This work on the block, which began in 2015 based out of our Listen Hear space on Shelby (home of WQRT FM and once a place where we did an art show when it was an appliance store), now includes 21 buildings — including 18 long-term affordable homes for artists who are now vital and dedicated members of our community. One of these houses — fixed up by and named after neighbors Steve and Cari Guichelaar — includes a gallery that features artists from the neighborhood and two apartments for hosting visiting artists from around the world. Check out this video that shows what our campus looks like now.

While we have much more to come, Big Car has already brought several millions of dollars of investment to our neighborhood (mostly through foundation grants and donations). We employ 13 people on an ongoing basis — more than half of them neighborhood residents or people who grew up in Garfield Park.

All of our properties are owned by the nonprofit organization, Big Car Collaborative (other than some homes that are co-owned between Big Car and the artist residents as a way to ensure long-term affordability). That means none of these properties are owned or controlled by individuals or for-profit developers — insuring the long-term affordability for artists and use of these facilities as community assets.

At this time of transition in our neighborhood, it’s important to differentiate between mission-driven, non-profit-owned cultural spaces and properties owned by for-profit developers who may use the arts and artists as a way to increase traffic to their buildings and temporarily fill empty space — boosting the attractiveness and value of the property. While for-profit owners understandably want to make money and build value, we believe it’s problematic to use the arts and artists without really sharing wealth or opportunities for ownership. This move — experienced in cities around the world — is sometimes called art washing. And it is often a step in the process of gentrification and displacement.

We anticipated this cycle would eventually come to our neighborhood as we teamed up over the years with other neighbors to improve the quality of life for residents — making the neighborhood more attractive and valuable. So we designed and invested in an approach to have our nonprofit and artists own and preserve much of our block as a long-term place for art and artists.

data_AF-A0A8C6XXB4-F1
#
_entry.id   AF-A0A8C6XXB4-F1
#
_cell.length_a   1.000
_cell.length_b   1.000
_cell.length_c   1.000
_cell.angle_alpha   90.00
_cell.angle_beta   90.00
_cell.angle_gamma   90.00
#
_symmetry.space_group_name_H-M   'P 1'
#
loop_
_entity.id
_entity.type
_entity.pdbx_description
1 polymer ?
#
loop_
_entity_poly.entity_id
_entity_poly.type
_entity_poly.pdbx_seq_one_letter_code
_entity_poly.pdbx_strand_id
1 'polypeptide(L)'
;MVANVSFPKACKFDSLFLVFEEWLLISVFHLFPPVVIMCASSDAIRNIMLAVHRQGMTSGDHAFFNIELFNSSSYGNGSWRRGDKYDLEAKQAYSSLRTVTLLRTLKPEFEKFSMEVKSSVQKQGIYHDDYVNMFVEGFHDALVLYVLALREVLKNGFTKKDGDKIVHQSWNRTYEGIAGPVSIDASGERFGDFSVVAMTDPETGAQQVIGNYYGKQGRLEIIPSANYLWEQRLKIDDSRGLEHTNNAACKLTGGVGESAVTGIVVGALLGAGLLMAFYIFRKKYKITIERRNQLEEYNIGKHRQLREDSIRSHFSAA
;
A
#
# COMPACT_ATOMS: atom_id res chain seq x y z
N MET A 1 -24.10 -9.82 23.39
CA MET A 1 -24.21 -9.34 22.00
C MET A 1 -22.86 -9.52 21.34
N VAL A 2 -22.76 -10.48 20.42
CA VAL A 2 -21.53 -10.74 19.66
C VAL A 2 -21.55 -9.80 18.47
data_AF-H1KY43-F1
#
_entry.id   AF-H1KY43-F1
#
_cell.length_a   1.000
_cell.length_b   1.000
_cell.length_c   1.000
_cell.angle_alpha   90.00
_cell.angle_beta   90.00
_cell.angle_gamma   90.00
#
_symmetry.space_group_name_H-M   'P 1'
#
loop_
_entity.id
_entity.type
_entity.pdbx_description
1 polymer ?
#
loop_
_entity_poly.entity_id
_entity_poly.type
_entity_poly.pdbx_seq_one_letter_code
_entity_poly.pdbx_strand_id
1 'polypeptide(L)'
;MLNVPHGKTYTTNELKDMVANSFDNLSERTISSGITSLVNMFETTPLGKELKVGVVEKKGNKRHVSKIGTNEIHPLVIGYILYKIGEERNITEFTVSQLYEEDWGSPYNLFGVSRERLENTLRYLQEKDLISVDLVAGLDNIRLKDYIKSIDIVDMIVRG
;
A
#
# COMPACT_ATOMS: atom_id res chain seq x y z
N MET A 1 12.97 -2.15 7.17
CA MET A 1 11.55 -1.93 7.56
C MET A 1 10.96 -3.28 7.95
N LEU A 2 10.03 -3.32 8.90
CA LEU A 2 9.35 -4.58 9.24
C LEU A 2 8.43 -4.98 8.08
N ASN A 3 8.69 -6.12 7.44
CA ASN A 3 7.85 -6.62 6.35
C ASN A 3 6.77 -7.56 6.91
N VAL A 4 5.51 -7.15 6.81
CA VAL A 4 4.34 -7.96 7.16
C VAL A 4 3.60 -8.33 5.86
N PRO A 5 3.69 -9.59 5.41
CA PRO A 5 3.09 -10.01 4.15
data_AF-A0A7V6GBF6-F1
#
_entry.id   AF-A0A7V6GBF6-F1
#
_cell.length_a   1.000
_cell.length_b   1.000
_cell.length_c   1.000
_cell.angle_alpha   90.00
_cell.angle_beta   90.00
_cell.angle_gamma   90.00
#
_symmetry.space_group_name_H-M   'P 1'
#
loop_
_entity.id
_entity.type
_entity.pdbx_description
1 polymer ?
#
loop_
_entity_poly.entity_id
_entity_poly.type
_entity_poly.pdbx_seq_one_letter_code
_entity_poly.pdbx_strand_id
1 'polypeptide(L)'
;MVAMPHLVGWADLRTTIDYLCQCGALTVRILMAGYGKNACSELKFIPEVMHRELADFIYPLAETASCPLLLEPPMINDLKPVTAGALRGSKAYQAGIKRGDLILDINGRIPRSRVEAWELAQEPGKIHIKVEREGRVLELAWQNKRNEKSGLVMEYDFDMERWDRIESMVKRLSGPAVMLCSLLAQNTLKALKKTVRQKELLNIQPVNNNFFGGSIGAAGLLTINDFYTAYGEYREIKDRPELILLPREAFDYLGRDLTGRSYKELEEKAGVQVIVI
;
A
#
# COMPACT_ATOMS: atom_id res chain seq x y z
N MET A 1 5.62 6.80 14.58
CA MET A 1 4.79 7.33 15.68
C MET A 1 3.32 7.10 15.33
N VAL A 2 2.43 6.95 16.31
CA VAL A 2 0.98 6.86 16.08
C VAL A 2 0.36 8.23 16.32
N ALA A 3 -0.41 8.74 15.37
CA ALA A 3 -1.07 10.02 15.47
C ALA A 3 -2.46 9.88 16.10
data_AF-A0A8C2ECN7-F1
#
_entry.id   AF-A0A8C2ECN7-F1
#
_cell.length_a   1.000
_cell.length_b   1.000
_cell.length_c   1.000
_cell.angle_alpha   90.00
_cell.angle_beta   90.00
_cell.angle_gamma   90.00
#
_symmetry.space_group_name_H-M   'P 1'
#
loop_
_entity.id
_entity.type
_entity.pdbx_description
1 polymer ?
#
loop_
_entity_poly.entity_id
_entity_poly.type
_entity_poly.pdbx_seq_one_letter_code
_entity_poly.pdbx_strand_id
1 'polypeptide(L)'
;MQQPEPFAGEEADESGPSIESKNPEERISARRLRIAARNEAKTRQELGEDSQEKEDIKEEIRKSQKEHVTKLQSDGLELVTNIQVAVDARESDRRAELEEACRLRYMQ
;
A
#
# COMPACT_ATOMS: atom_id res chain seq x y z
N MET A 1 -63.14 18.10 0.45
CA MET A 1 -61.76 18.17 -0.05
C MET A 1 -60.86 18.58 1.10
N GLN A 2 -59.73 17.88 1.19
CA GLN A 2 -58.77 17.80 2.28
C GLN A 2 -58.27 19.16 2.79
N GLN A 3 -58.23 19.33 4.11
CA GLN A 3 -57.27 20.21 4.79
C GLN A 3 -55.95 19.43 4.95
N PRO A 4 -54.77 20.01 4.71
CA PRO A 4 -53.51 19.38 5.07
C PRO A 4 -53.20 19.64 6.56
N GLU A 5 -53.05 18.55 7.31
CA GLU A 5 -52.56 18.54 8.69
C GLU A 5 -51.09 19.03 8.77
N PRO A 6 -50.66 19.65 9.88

This strategy is central, also, to our next project — taking the 46,000-square-foot long-vacant factory building behind the current Tube Factory and bringing it to life with museum-quality galleries, artist studios, a performing arts and event space, small business incubator storefronts, and a restaurant and culinary center that offers learning and workforce development opportunities.

This project alone will be a $7 million investment in the arts, our community, and our neighborhood. And this building is a long-term investment in artists and small business people who won’t have to worry about their rents skyrocketing under a for-profit building owner. And the artists in our building will know this owner won’t be cashing in and selling the place to someone else who wants to turn the studios and galleries into something more lucrative — resulting in their displacement once again.

At Big Car, we’re proud of our deep connection to both the Garfield Park and Bean Creek neighborhoods. We feel lucky our campus is located in an area where both boundaries overlap. We work tirelessly, as neighbors ourselves, to support this place we call home. And — with the long-term help of so many neighbors, artists and partners — we’re excited about so much more to come!